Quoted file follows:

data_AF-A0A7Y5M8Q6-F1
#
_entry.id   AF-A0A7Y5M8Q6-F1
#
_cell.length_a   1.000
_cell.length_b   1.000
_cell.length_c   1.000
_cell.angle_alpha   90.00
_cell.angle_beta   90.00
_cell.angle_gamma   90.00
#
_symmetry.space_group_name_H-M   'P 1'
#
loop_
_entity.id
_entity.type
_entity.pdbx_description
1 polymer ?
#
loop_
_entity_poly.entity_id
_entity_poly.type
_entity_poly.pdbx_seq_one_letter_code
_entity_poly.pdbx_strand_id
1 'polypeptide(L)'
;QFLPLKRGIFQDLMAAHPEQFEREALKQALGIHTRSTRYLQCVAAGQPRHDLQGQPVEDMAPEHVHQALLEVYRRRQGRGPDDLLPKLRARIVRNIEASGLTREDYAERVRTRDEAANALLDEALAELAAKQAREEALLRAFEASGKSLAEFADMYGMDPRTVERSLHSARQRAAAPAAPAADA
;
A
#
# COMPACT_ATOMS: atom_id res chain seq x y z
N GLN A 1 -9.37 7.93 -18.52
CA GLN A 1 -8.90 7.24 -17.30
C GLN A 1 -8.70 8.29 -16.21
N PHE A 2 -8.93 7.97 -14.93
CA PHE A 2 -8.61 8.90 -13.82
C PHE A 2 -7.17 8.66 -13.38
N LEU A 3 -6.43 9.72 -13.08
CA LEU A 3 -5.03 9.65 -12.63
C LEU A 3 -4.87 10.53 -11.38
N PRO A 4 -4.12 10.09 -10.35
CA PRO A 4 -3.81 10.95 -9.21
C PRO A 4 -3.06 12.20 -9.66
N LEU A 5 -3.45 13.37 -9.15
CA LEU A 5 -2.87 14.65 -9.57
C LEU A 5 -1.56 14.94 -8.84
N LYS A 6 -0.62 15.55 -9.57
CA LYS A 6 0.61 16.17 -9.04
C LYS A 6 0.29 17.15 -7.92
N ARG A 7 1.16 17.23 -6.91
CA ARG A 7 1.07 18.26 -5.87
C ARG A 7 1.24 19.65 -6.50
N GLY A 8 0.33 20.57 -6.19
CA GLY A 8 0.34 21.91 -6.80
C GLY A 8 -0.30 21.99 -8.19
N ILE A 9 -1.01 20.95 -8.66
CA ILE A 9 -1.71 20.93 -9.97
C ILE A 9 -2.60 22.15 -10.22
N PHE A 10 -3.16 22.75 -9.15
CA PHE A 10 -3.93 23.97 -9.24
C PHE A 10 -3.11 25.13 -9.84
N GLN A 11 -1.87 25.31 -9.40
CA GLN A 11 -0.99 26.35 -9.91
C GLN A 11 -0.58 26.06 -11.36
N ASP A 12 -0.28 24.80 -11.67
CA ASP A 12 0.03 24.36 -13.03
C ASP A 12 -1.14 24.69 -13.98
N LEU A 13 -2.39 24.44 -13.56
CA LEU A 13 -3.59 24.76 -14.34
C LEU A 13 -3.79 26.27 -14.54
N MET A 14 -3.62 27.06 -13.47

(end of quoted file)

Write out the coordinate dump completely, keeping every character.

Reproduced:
data_AF-A0A7Y5M8Q6-F1
#
_entry.id   AF-A0A7Y5M8Q6-F1
#
_cell.length_a   1.000
_cell.length_b   1.000
_cell.length_c   1.000
_cell.angle_alpha   90.00
_cell.angle_beta   90.00
_cell.angle_gamma   90.00
#
_symmetry.space_group_name_H-M   'P 1'
#
loop_
_entity.id
_entity.type
_entity.pdbx_description
1 polymer ?
#
loop_
_entity_poly.entity_id
_entity_poly.type
_entity_poly.pdbx_seq_one_letter_code
_entity_poly.pdbx_strand_id
1 'polypeptide(L)'
;QFLPLKRGIFQDLMAAHPEQFEREALKQALGIHTRSTRYLQCVAAGQPRHDLQGQPVEDMAPEHVHQALLEVYRRRQGRGPDDLLPKLRARIVRNIEASGLTREDYAERVRTRDEAANALLDEALAELAAKQAREEALLRAFEASGKSLAEFADMYGMDPRTVERSLHSARQRAAAPAAPAADA
;
A
#
# COMPACT_ATOMS: atom_id res chain seq x y z
N GLN A 1 -9.37 7.93 -18.52
CA GLN A 1 -8.90 7.24 -17.30
C GLN A 1 -8.70 8.29 -16.21
N PHE A 2 -8.93 7.97 -14.93
CA PHE A 2 -8.61 8.90 -13.82
C PHE A 2 -7.17 8.66 -13.38
N LEU A 3 -6.43 9.72 -13.08
CA LEU A 3 -5.03 9.65 -12.63
C LEU A 3 -4.87 10.53 -11.38
N PRO A 4 -4.12 10.09 -10.35
CA PRO A 4 -3.81 10.95 -9.21
C PRO A 4 -3.06 12.20 -9.66
N LEU A 5 -3.45 13.37 -9.15
CA LEU A 5 -2.87 14.65 -9.57
C LEU A 5 -1.56 14.94 -8.84
N LYS A 6 -0.62 15.55 -9.57
CA LYS A 6 0.61 16.17 -9.04
C LYS A 6 0.29 17.15 -7.92
N ARG A 7 1.16 17.23 -6.91
CA ARG A 7 1.07 18.26 -5.87
C ARG A 7 1.24 19.65 -6.50
N GLY A 8 0.33 20.57 -6.19
CA GLY A 8 0.34 21.91 -6.80
C GLY A 8 -0.30 21.99 -8.19
N ILE A 9 -1.01 20.95 -8.66
CA ILE A 9 -1.71 20.93 -9.97
C ILE A 9 -2.60 22.15 -10.22
N PHE A 10 -3.16 22.75 -9.15
CA PHE A 10 -3.93 23.97 -9.24
C PHE A 10 -3.11 25.13 -9.84
N GLN A 11 -1.87 25.31 -9.40
CA GLN A 11 -0.99 26.35 -9.91
C GLN A 11 -0.58 26.06 -11.36
N ASP A 12 -0.28 24.80 -11.67
CA ASP A 12 0.03 24.36 -13.03
C ASP A 12 -1.14 24.69 -13.98
N LEU A 13 -2.39 24.44 -13.56
CA LEU A 13 -3.59 24.76 -14.34
C LEU A 13 -3.79 26.27 -14.54
N MET A 14 -3.62 27.06 -13.47